Anew dimension has been added
to the debate on AIDS, a disease that has wreaked havoc in Sub-Saharan
Africa killing 2.2 million people, including adults and children, during
1999. Addressing an international AIDS conference in Durban on 9 July, South
African President, Thabo Mbeki, told thousands of health experts of his
premise that extreme poverty is the continent’s biggest killer and that the
effectiveness of AIDS drugs is questionable.
"We remain convinced of the need for us to better understand the essence
of what would constitute a comprehensive response in a context such as ours
which is characterised by the high levels of poverty and disease," said
The South African president stirred heated debate among the medical
fraternity when in April he wrote to world leaders explaining his position on
antiretroviral drugs, such as AZT.
Antiretroviral drugs are capable of hindering the onset of AIDS and
interrupting transmission, however they are not likely to inhibit viral production completely and the disease may develop
sooner or later. Mbeki has questioned whether the medicines and treatment for HIV/AIDS often used in Western countries
to combat a different strain of AIDS, could effectively treat African strains as
According to Mbeki, "it is obvious that whatever lessons
we have to
may draw from the West about the grave issue of HIV/AIDS, a simple superimposition
of Western experience on African reality would be absurd and
He called upon governments,
scientists, NGOs, and civil society in Africa to work collaboratively to accelerate
responses to specific African challenges, since the attempts according to
western standards to combat AIDS in this continent have so far failed to slow the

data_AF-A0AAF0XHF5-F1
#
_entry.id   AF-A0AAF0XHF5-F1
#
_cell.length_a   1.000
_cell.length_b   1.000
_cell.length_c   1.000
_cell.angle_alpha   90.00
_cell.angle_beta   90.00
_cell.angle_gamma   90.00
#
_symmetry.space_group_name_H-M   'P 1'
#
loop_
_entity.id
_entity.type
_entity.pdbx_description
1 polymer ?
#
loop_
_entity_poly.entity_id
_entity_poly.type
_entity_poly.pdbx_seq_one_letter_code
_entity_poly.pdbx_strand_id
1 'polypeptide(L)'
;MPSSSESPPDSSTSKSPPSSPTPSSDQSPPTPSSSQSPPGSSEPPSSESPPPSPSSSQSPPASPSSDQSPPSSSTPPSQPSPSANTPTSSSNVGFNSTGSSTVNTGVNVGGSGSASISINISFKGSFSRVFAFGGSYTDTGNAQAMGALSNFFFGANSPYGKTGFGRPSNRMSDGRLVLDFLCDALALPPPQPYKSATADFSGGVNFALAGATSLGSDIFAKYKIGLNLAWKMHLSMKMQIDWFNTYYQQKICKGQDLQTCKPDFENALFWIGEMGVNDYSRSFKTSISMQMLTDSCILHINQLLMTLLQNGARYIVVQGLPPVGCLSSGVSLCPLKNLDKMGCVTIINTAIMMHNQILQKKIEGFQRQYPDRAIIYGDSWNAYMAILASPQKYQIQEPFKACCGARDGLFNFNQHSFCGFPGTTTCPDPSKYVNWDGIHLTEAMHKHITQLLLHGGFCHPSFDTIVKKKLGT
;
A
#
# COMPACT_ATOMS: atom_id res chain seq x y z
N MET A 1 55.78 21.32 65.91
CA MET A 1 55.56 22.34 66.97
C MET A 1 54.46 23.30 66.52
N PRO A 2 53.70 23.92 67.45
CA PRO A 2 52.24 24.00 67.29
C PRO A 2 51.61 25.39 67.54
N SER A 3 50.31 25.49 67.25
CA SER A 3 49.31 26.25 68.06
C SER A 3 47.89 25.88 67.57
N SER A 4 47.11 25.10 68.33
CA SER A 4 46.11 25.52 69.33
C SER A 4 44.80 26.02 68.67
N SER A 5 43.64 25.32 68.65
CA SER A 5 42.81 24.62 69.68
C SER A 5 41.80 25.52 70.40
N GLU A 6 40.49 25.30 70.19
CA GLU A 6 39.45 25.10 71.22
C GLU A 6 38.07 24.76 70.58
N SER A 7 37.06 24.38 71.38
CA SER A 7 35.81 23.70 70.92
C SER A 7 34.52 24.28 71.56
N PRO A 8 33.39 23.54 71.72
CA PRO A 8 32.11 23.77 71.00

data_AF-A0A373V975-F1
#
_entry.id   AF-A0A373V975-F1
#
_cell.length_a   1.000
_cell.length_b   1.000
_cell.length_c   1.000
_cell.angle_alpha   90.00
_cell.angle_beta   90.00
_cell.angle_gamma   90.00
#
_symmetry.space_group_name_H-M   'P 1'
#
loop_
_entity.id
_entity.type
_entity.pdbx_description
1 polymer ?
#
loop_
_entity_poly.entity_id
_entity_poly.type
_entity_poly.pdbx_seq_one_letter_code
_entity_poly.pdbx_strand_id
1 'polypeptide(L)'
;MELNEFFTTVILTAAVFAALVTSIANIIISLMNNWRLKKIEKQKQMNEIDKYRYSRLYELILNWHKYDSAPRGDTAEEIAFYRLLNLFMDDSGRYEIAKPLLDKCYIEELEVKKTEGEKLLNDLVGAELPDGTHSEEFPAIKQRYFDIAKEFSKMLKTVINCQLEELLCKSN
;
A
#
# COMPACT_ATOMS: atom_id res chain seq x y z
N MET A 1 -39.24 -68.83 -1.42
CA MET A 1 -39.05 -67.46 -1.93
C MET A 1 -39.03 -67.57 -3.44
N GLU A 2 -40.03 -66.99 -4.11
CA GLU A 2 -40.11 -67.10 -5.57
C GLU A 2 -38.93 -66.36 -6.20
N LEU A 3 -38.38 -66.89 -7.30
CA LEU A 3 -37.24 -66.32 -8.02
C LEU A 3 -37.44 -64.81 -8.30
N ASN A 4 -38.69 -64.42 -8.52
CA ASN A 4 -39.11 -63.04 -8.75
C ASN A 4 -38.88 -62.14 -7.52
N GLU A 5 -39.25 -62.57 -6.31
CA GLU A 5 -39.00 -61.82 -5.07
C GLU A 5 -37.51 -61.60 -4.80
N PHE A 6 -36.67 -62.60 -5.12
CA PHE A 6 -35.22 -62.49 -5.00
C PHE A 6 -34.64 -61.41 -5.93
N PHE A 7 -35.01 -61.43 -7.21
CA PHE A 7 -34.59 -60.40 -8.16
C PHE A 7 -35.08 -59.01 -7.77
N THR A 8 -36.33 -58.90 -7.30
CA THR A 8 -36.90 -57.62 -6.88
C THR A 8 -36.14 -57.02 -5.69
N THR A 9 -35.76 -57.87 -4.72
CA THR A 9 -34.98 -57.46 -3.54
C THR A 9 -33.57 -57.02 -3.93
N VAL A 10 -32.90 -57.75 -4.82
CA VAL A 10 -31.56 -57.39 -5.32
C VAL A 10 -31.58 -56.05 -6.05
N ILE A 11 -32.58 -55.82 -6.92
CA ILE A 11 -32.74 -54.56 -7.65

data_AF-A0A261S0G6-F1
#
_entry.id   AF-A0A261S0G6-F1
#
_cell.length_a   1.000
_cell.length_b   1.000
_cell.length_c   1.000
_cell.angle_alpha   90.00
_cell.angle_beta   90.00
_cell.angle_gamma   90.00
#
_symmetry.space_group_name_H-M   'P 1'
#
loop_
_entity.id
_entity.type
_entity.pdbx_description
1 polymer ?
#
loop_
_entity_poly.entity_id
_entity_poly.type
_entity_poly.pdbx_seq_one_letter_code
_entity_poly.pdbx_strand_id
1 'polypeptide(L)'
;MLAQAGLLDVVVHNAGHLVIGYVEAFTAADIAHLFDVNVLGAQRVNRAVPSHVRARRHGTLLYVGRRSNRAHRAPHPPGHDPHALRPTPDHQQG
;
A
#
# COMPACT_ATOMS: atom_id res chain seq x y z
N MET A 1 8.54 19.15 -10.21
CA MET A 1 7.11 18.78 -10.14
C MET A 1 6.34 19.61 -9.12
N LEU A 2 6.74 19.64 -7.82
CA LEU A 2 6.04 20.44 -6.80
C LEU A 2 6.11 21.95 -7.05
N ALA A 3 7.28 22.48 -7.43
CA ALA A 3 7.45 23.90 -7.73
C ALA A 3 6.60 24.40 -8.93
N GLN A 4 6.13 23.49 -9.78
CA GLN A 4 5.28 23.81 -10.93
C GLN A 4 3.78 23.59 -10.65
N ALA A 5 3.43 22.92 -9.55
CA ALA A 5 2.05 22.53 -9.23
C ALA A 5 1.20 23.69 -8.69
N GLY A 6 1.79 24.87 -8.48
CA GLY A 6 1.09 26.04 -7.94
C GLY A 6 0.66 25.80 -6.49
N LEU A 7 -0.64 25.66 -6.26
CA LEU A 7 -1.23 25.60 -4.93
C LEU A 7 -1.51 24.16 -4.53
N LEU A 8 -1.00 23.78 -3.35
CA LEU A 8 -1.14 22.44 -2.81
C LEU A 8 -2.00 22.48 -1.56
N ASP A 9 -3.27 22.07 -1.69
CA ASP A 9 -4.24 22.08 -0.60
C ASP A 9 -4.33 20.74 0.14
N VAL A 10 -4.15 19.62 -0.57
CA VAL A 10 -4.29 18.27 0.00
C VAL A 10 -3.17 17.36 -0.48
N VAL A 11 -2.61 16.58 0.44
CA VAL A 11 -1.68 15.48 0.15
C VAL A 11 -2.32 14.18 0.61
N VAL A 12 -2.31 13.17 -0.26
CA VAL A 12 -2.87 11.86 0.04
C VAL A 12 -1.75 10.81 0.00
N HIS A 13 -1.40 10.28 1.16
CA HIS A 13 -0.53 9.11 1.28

increasing spread of the pandemic.
The most recent United Nations Programme on HIV/AIDS
(UNAIDS) report shows that in Sub-Saharan Africa the number of new infections
was four million during last year. Several SADC countries have double-digit HIV
prevalence rates and some whose prevalence has doubled in the past two
years. The report shows Botswana’s HIV rate estimated at 35.8 percent
among adults (15-49), followed by Swaziland at 25.5 percent and Zimbabwe at
According to an American marketing research agency, Africa represents
only one percent of world drug sales, while North America, Japan and
Western Europe represent 80 percent. Africa is not seen as a viable market.
Five major pharmaceutical companies and the World Health Organisation
(WHO) recently announced an agreement to reduce prices on
AIDS drugs to
Africa by as much as 80 percent. How-ever, it is not enough, since these
drugs customers, as well as to health ministries’ budgets. In addition, these drugs
are only part of a comprehensive treatment programme for HIV/AIDS, which
does not cure the disease, but only keeps it under control.
In May, Mbeki set up an AIDS inter-national
commission of experts to discuss AIDS issues that, beyond the obvious threat to health, have had a
negative impact on the economy and society of SADC countries. Among the
international experts included are scientists, mainly from the US, who reject
the conventional idea that the HIV causes AIDS. These scientists assert
that AIDS is due to under-development, poverty, malnutrition, poor hygiene
and local diseases.
The commission, together with the letter to world leaders
on AIDS in Africa and Mbeki’s incisive beliefs, has sparked substantial controversy. It has
been criticised for focusing on whether HIV causes AIDS or not.
In response, 5,000 doctors and scientist signed a declaration refuting what
they see as theories from “dissidents” on the cause of AIDS. “Persons who are
malnourished, who already suffer other infections or who are older, tend to be
more susceptible to the rapid development of AIDS following HIV infection.
However, none of these factors weaken the scientific evidence that HIV is
the sole cause of AIDS.”